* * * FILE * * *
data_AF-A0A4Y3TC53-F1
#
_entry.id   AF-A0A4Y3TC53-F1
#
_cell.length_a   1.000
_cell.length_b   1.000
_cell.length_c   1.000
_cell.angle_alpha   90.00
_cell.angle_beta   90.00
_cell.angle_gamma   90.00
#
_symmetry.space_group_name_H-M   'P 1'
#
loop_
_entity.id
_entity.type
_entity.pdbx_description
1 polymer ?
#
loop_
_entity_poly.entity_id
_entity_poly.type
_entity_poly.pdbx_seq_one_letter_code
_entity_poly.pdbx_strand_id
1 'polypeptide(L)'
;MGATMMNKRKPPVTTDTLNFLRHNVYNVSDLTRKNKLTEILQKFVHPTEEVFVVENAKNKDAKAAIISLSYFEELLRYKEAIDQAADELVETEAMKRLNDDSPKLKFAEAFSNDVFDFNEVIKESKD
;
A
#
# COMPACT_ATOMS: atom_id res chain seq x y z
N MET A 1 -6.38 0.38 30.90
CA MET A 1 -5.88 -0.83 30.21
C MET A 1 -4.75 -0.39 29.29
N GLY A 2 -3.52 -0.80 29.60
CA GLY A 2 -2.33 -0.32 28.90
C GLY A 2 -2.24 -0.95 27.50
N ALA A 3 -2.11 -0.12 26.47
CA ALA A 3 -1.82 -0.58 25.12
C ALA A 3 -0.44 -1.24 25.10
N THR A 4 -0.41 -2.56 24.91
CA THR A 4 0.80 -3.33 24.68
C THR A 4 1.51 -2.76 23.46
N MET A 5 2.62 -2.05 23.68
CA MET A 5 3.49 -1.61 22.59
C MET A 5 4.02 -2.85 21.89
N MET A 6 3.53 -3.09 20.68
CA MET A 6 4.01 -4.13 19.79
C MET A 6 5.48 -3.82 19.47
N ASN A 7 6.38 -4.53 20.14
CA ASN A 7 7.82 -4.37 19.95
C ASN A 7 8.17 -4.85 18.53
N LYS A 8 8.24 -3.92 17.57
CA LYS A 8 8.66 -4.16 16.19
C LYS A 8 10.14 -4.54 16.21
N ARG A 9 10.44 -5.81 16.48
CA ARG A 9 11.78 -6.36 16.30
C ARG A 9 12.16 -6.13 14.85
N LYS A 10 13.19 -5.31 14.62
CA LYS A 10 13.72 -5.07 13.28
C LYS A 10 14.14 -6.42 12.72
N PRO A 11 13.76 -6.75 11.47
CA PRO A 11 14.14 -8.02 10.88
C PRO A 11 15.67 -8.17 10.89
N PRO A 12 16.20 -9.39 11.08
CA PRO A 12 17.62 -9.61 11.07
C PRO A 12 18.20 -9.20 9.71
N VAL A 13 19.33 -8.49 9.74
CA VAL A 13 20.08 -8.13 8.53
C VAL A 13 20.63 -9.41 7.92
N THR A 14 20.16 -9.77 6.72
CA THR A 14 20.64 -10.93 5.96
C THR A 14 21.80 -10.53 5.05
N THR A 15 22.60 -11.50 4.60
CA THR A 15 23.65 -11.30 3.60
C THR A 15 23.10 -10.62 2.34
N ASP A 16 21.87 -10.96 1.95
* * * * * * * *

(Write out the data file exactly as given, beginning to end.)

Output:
data_AF-A0A4Y3TC53-F1
#
_entry.id   AF-A0A4Y3TC53-F1
#
_cell.length_a   1.000
_cell.length_b   1.000
_cell.length_c   1.000
_cell.angle_alpha   90.00
_cell.angle_beta   90.00
_cell.angle_gamma   90.00
#
_symmetry.space_group_name_H-M   'P 1'
#
loop_
_entity.id
_entity.type
_entity.pdbx_description
1 polymer ?
#
loop_
_entity_poly.entity_id
_entity_poly.type
_entity_poly.pdbx_seq_one_letter_code
_entity_poly.pdbx_strand_id
1 'polypeptide(L)'
;MGATMMNKRKPPVTTDTLNFLRHNVYNVSDLTRKNKLTEILQKFVHPTEEVFVVENAKNKDAKAAIISLSYFEELLRYKEAIDQAADELVETEAMKRLNDDSPKLKFAEAFSNDVFDFNEVIKESKD
;
A
#
# COMPACT_ATOMS: atom_id res chain seq x y z
N MET A 1 -6.38 0.38 30.90
CA MET A 1 -5.88 -0.83 30.21
C MET A 1 -4.75 -0.39 29.29
N GLY A 2 -3.52 -0.80 29.60
CA GLY A 2 -2.33 -0.32 28.90
C GLY A 2 -2.24 -0.95 27.50
N ALA A 3 -2.11 -0.12 26.47
CA ALA A 3 -1.82 -0.58 25.12
C ALA A 3 -0.44 -1.24 25.10
N THR A 4 -0.41 -2.56 24.91
CA THR A 4 0.80 -3.33 24.68
C THR A 4 1.51 -2.76 23.46
N MET A 5 2.62 -2.05 23.68
CA MET A 5 3.49 -1.61 22.59
C MET A 5 4.02 -2.85 21.89
N MET A 6 3.53 -3.09 20.68
CA MET A 6 4.01 -4.13 19.79
C MET A 6 5.48 -3.82 19.47
N ASN A 7 6.38 -4.53 20.14
CA ASN A 7 7.82 -4.37 19.95
C ASN A 7 8.17 -4.85 18.53
N LYS A 8 8.24 -3.92 17.57
CA LYS A 8 8.66 -4.16 16.19
C LYS A 8 10.14 -4.54 16.21
N ARG A 9 10.44 -5.81 16.48
CA ARG A 9 11.78 -6.36 16.30
C ARG A 9 12.16 -6.13 14.85
N LYS A 10 13.19 -5.31 14.62
CA LYS A 10 13.72 -5.07 13.28
C LYS A 10 14.14 -6.42 12.72
N PRO A 11 13.76 -6.75 11.47
CA PRO A 11 14.14 -8.02 10.88
C PRO A 11 15.67 -8.17 10.89
N PRO A 12 16.20 -9.39 11.08
CA PRO A 12 17.62 -9.61 11.07
C PRO A 12 18.20 -9.20 9.71
N VAL A 13 19.33 -8.49 9.74
CA VAL A 13 20.08 -8.13 8.53
C VAL A 13 20.63 -9.41 7.92
N THR A 14 20.16 -9.77 6.72
CA THR A 14 20.64 -10.93 5.96
C THR A 14 21.80 -10.53 5.05
N THR A 15 22.60 -11.50 4.60
CA THR A 15 23.65 -11.30 3.60
C THR A 15 23.10 -10.62 2.34
N ASP A 16 21.87 -10.96 1.95